We’ve all heard stories about how social media activity has resulted in people losing their jobs. From the discovery of risque pictures on a teacher’s Facebook profile, to complaining about your boss on Twitter, there are a number of ways that social media can impact your career with a specific employer. But your social media activity isn’t just about being careful because your boss friended you anymore, as your online antics are being investigated by potential employers too. Before you are hired, you might be searched online — and what comes up in a public search could mean the difference between being hired and moving on to the next job interview.
What Could Jeopardize Your Career?
A recent article by Jennifer Preston in the New York Times looks into the practice of running a social media background check as part of the hiring process. Some of the things that could get you in trouble as prospective employers search the Internet for information about you include:
- Racist or sexist remarks.
- Sexually explicit or risque photos.
- Complaints about bosses or coworkers.
- Pictures including prominent displays of weapons.
- Evidence of participation in illegal activities.
- Images of you in compromising situations, including photos of you partying hard and clearly drunk.
Hiring managers aren’t supposed to use social media searches to make hires based on age, religion, disability, race, and gender, though. However, there are some concerns that searching the Internet for general information about a potential hire could lead to inadvertent discrimination based on characteristics that, by law, should not be considered as part of the hiring process.
Many of us don’t stop and think about what our social media activity could do to our careers. However, it’s important to consider this reality. The New York Times article points out that some companies providing social media background checks for employers don’t just limit their information gathering to the major sites like Facebook and Twitter. What you post on Tumblr, bulletin boards, Craigslist and your blog could be looked over. No social media outlet is too obscure when it comes to evaluating you based on what’s publicly available online.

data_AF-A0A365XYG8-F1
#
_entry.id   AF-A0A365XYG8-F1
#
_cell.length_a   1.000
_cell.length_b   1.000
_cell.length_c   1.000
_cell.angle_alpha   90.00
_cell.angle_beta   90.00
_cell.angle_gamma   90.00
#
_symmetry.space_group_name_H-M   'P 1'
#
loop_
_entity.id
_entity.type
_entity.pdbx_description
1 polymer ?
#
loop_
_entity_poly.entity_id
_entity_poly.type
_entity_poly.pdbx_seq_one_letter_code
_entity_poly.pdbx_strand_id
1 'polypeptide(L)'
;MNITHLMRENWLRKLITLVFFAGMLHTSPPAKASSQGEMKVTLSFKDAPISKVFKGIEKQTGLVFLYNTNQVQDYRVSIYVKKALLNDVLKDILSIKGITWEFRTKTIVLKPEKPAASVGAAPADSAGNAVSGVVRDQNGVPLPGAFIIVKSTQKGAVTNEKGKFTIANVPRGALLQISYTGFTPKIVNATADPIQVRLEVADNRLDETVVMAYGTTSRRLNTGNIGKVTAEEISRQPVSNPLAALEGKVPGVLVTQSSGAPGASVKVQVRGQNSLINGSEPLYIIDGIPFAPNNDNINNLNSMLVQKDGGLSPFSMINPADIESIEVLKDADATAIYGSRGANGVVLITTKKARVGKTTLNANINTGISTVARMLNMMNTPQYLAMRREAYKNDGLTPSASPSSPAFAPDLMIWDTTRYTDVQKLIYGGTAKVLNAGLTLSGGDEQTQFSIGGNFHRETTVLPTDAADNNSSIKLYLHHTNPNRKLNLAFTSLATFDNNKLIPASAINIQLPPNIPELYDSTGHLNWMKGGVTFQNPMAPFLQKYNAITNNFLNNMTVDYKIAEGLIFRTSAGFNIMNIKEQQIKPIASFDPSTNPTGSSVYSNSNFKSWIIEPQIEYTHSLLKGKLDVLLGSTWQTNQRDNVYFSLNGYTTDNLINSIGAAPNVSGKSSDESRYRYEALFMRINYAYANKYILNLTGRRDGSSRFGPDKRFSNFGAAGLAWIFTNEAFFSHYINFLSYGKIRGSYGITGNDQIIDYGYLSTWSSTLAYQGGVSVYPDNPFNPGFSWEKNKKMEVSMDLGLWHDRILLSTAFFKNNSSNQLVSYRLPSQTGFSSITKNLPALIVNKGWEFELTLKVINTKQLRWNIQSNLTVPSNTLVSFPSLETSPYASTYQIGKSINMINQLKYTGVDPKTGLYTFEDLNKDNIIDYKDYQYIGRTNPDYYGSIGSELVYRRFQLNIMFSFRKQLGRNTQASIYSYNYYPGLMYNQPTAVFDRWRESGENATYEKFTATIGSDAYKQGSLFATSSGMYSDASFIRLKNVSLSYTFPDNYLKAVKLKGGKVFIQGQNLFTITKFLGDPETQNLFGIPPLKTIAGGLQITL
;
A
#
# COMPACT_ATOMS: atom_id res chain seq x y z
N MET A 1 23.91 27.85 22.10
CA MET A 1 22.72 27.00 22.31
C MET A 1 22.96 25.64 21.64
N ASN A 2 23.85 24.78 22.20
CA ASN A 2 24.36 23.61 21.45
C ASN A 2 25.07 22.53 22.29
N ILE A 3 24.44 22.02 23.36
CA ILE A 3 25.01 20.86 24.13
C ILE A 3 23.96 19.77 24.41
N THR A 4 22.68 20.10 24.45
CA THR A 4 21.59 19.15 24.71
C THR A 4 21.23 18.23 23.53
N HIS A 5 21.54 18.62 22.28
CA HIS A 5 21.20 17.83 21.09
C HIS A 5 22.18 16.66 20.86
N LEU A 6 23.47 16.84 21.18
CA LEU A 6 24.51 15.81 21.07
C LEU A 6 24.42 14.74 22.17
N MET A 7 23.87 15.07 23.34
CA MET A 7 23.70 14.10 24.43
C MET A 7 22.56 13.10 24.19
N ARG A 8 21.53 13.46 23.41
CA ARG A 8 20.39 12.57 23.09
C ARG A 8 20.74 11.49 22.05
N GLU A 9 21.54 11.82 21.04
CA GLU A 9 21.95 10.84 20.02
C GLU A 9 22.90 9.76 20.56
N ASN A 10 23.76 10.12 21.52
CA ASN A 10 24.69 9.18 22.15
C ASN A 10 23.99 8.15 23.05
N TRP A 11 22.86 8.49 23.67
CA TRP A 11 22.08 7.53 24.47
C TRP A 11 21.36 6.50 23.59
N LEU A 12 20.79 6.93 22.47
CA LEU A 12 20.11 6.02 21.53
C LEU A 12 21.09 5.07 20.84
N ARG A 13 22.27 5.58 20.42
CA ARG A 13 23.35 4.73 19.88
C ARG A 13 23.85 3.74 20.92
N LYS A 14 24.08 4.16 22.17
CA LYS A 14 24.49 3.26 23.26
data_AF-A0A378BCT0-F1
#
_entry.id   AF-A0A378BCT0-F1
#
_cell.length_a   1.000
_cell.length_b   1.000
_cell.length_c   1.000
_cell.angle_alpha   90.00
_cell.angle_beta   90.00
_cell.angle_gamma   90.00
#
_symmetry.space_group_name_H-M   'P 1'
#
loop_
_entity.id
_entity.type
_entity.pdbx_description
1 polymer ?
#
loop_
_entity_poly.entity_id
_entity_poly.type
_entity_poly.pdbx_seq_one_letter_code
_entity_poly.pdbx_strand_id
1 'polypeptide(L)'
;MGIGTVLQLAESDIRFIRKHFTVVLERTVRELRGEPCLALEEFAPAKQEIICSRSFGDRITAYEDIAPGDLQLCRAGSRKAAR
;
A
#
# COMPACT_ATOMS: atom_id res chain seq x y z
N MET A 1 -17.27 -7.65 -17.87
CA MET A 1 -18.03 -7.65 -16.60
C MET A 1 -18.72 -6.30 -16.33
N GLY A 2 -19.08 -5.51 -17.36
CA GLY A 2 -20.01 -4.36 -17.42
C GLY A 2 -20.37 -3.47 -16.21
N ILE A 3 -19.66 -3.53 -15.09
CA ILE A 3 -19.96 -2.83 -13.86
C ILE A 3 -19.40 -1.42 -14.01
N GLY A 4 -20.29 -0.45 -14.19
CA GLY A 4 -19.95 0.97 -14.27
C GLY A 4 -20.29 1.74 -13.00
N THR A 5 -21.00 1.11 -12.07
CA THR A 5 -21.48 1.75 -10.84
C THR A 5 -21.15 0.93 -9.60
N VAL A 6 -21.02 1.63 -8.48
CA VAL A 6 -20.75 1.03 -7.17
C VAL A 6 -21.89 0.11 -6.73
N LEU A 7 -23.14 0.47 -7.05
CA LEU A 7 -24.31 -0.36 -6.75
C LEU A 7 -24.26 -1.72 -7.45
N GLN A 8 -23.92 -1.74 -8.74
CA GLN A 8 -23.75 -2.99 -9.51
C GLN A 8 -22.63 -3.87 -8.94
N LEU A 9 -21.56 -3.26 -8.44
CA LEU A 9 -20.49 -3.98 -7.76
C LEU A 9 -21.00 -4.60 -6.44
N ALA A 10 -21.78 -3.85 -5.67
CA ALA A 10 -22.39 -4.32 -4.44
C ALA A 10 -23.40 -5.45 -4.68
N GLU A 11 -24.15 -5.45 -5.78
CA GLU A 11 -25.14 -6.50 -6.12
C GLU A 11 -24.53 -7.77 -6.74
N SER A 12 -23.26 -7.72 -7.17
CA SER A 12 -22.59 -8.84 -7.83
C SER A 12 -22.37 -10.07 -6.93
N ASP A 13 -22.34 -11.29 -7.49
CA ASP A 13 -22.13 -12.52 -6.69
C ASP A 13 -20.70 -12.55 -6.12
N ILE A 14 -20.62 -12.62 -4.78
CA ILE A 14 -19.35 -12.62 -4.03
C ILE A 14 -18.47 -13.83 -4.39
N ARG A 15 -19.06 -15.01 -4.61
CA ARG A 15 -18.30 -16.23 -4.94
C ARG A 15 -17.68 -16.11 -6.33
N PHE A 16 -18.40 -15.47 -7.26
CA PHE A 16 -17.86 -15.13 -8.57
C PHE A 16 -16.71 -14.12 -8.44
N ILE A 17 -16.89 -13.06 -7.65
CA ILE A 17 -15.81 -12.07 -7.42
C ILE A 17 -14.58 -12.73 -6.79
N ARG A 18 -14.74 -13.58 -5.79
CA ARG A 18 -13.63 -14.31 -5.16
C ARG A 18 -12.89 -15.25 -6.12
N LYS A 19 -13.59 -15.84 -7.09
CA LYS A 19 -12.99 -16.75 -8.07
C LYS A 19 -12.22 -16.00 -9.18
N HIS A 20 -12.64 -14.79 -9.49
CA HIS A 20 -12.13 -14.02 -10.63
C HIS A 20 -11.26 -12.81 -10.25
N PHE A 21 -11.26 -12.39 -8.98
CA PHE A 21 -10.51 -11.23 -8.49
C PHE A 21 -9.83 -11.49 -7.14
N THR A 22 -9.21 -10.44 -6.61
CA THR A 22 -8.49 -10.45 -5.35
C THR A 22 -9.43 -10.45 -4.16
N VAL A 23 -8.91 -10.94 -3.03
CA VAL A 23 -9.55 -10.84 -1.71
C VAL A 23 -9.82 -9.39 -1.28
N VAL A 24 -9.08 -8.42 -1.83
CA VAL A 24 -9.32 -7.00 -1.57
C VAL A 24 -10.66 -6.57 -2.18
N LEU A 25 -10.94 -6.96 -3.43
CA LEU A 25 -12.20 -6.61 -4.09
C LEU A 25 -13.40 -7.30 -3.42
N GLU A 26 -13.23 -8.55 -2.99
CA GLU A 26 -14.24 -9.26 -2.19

Protecting Your Earning Power: Be Smart Online
In order to protect your earning power, it is important that you practice discretion in what you post to social media — and online in general. Your social media antics, while they might seem amusing at the time, could cost you a promotion, a raise, or even your job. This means that it is vital you think before you post. Before you hit “submit,” consider what you are doing. Think about the consequences of your post — especially the images you share online. Even if you think it would be fun to post pictures from your wild college days, it might not be the best idea.
Employers have more and more information available now to help them decide whether or not you are the kind of person they want working for them. From credit report checks to social media background checks, there is a great deal of data available to employers. If you want the best chance, you need to be aware of your publicly available remarks and exploits.